Parkinson’s Causes, Symptoms, And South Florida Social Security Benefits
Over one million individuals are currently diagnosed with Parkinson’s disease (PD), and at least 50,000 new cases are being diagnosed every year. Parkinson’s is a terminal condition that attacks the brain and nervous system of countless Florida residents who find themselves frustrated with the often debilitating side effects. In fact, the Center for Disease Control and Prevention revealed that Parkinson’s is ranked 14th in the list of leading causes of death in the United States.
Common Parkinson’s symptoms include:
- Shaking/tremors-chin, lips, hands, arms, or legs
- Rigidity/stiffness-causing fatigue and achiness
- Slow Movement-difficult to get up from seat or bed
- Weak Facial Muscles-makes talking and swallowing more difficult
- Poor Balance-shuffling steps and problems walking
After experiencing serious symptoms that may feel like a huge inconvenience to one’s lifestyle, patients often go through a myriad of emotions. If you have a loved one who has Parkinson’s disease, you are likely concerned that the individual will at some point be unable to talk, walk, or take care of himself.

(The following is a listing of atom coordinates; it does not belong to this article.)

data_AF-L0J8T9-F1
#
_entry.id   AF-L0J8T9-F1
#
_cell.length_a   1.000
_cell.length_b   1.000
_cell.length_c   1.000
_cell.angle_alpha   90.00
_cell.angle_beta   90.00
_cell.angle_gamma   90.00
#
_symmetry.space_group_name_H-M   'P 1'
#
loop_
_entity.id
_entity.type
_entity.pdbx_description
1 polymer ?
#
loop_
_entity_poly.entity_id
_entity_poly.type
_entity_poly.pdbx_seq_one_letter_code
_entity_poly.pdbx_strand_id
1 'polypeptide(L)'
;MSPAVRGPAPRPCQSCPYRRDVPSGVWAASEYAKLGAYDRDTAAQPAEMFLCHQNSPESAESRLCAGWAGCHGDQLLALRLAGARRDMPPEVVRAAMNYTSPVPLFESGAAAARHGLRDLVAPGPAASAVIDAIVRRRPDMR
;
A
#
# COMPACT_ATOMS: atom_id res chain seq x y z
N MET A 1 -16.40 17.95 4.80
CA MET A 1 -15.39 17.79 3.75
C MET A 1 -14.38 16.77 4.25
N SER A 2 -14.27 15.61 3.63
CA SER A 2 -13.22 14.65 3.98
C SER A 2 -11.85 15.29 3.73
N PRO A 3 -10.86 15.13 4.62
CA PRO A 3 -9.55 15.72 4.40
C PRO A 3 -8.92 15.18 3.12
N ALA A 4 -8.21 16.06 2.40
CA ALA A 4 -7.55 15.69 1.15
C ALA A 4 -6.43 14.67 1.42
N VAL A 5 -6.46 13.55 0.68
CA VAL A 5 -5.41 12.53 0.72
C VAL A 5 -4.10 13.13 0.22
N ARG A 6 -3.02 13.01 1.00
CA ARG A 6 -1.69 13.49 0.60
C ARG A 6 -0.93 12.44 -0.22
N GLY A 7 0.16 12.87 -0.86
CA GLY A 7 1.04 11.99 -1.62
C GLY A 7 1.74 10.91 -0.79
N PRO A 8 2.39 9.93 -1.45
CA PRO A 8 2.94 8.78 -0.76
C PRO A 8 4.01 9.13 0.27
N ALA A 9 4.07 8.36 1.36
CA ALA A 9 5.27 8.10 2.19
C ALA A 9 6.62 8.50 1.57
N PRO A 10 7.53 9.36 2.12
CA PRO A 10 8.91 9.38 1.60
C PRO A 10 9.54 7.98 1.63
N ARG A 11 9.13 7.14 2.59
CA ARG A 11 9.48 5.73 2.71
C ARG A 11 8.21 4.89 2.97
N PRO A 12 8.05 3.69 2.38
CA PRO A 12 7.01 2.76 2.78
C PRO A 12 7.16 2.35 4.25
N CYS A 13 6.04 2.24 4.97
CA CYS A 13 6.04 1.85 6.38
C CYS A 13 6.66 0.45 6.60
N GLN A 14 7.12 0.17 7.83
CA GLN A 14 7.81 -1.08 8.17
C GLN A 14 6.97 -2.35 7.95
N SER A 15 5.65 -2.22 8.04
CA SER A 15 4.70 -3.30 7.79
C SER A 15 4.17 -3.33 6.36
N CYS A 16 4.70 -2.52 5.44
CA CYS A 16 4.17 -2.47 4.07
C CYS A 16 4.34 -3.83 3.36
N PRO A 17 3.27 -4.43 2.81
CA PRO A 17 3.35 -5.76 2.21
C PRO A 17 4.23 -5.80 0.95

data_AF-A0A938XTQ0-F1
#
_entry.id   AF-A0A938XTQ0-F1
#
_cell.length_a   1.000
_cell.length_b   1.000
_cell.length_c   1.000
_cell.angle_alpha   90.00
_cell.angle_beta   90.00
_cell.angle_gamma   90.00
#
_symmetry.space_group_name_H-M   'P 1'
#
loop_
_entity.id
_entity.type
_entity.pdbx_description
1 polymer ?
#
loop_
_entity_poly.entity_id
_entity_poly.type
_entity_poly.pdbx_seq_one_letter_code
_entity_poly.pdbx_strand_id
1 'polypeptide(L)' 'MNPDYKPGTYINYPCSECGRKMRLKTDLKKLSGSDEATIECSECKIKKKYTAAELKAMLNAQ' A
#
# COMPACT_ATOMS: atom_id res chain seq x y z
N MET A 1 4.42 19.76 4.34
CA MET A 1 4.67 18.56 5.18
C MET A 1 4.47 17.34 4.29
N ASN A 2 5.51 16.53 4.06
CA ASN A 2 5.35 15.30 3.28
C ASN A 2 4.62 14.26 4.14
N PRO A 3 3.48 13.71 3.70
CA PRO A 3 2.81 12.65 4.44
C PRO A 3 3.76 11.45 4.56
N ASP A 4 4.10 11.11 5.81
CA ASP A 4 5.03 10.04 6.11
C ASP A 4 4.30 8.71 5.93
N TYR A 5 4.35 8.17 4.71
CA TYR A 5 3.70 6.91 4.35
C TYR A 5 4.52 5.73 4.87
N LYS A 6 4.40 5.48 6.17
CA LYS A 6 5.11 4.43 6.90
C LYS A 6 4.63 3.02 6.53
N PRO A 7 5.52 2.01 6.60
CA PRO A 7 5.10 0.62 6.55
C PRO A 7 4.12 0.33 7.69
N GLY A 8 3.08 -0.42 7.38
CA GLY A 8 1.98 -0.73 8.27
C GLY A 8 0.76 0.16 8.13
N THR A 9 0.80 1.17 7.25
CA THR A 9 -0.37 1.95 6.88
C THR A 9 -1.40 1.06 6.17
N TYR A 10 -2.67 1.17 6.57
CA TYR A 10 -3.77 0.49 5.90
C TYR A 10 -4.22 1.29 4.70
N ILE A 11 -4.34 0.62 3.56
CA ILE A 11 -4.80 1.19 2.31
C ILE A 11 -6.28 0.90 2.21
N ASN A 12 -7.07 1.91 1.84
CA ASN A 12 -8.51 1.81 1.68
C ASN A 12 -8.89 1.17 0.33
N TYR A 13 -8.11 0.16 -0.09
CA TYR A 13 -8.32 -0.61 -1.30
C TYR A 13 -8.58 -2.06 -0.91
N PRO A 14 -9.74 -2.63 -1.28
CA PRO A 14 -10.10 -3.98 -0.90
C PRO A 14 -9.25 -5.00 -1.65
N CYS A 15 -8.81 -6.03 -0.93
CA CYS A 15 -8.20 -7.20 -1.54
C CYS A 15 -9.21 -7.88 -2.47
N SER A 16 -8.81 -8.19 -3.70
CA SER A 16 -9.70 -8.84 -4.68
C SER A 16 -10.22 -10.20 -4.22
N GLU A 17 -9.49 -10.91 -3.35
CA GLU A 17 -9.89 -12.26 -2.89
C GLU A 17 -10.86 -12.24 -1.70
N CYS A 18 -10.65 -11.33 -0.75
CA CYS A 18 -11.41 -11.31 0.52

Emotional Affects of Parkinson’s Diagnosis
1. Denial-if a patient has mild symptoms, he or she may refuse to take meds.
2. Discouragement-patients may get frustrated over diagnosis and asking “why me?”
3. Conflict within family about roles-when a patient has to shift allowing others to care for him or her.
4. Change of personal identity-patient learns to cope with new identity and seek help and support from others within the Parkinson’s community.
5. Control-patient learns to adapt to changes in Parkinson’s lifestyle and decides to cooperate with medical treatment.
Often, a person diagnosed with Parkinson’s may continue to try to work, even when it’s beyond his or her ability only because he or she doesn’t realize that South Florida Social Security disability benefits are available to them. Contact the Law Offices of David Benenfeld for a free legal consultation to determine if you have a case. Call 954-807-1334.